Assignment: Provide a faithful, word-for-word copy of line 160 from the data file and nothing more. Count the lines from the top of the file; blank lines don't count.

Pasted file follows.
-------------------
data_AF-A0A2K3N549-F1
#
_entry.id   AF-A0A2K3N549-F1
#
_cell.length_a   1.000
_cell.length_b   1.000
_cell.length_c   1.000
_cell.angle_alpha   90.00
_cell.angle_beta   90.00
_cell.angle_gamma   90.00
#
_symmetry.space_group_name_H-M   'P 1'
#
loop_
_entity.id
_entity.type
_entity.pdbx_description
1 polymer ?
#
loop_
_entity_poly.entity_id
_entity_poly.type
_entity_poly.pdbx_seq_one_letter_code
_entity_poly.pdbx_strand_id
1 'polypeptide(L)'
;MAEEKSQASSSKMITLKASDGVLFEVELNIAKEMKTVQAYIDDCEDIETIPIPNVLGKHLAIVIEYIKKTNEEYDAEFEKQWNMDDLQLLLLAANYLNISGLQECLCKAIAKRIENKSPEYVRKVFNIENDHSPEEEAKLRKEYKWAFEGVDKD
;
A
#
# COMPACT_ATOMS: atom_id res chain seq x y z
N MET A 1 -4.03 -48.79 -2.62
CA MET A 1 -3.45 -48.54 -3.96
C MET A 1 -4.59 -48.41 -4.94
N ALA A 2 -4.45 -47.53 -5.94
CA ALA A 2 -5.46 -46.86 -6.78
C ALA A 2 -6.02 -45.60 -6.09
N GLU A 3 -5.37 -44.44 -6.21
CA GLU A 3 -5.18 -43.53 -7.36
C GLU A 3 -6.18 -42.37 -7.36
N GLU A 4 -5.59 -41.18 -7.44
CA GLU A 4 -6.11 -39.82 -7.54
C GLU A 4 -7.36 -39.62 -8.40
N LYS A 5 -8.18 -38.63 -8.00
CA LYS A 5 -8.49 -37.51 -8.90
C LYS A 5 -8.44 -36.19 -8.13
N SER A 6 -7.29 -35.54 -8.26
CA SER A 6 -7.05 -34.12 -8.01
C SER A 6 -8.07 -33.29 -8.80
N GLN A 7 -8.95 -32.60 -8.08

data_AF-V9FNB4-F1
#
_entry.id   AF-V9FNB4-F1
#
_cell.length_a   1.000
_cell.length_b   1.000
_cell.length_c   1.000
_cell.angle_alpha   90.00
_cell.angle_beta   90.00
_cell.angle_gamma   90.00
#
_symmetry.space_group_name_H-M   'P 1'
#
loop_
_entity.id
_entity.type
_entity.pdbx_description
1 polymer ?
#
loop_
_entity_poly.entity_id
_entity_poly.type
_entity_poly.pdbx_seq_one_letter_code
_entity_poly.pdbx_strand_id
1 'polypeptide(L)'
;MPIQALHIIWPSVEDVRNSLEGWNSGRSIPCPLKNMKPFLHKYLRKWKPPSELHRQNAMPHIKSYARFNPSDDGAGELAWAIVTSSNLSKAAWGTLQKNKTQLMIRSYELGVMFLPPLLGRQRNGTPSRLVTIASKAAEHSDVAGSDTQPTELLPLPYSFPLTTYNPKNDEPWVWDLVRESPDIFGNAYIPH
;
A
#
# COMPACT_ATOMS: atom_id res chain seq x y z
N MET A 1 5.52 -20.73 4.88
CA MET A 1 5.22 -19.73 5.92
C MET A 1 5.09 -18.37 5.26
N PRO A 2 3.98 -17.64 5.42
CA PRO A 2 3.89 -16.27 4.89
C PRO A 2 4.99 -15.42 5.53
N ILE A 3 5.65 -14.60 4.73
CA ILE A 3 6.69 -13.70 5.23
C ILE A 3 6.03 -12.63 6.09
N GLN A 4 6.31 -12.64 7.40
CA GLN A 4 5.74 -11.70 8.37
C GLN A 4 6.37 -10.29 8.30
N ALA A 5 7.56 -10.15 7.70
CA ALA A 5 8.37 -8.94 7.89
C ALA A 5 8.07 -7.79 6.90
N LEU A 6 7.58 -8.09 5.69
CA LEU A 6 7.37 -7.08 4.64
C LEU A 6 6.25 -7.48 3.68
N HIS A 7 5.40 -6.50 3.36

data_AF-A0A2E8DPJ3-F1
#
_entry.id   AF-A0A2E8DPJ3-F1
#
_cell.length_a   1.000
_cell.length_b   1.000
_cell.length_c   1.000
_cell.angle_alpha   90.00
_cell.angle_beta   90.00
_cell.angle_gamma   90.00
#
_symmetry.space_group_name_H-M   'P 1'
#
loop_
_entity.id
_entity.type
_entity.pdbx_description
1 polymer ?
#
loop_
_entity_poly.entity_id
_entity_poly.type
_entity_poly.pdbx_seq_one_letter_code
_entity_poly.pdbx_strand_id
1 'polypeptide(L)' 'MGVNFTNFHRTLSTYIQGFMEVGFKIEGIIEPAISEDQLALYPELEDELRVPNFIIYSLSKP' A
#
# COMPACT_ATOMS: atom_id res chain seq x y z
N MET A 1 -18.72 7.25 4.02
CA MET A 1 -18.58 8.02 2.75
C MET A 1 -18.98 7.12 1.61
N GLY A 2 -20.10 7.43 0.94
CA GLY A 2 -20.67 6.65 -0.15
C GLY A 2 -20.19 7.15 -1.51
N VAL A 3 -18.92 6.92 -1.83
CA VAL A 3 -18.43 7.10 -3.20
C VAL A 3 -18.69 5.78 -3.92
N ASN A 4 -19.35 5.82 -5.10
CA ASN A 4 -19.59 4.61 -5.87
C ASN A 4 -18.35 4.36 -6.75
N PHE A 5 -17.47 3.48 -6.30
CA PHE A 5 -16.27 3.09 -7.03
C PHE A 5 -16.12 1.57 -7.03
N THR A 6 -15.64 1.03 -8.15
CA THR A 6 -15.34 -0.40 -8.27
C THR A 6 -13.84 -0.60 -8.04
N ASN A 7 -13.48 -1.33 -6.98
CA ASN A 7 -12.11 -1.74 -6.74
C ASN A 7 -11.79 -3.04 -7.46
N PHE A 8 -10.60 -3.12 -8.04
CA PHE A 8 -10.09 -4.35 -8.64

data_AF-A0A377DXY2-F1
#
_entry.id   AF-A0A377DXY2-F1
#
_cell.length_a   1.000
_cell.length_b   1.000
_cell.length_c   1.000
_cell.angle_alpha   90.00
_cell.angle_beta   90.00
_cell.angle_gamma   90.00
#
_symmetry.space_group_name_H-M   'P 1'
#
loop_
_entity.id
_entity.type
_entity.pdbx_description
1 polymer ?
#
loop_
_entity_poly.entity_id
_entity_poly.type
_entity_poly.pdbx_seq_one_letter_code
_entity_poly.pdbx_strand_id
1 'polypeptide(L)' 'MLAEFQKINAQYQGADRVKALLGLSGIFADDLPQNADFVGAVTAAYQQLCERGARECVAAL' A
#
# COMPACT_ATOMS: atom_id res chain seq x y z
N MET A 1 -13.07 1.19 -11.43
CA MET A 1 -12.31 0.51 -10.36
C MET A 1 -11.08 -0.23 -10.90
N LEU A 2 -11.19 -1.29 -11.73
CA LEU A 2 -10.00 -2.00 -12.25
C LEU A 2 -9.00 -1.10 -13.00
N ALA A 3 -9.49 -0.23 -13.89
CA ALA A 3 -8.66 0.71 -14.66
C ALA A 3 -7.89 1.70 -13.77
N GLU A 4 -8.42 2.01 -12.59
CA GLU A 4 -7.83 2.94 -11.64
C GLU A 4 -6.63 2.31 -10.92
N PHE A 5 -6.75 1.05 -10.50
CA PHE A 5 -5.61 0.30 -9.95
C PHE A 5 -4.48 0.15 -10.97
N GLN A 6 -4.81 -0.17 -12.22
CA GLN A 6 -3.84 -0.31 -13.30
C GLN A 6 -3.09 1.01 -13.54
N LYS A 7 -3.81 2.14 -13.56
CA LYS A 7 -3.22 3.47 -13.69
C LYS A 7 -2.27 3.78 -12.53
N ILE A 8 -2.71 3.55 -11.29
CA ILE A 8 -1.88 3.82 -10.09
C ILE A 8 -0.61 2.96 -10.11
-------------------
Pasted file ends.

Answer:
_symmetry.space_group_name_H-M   'P 1'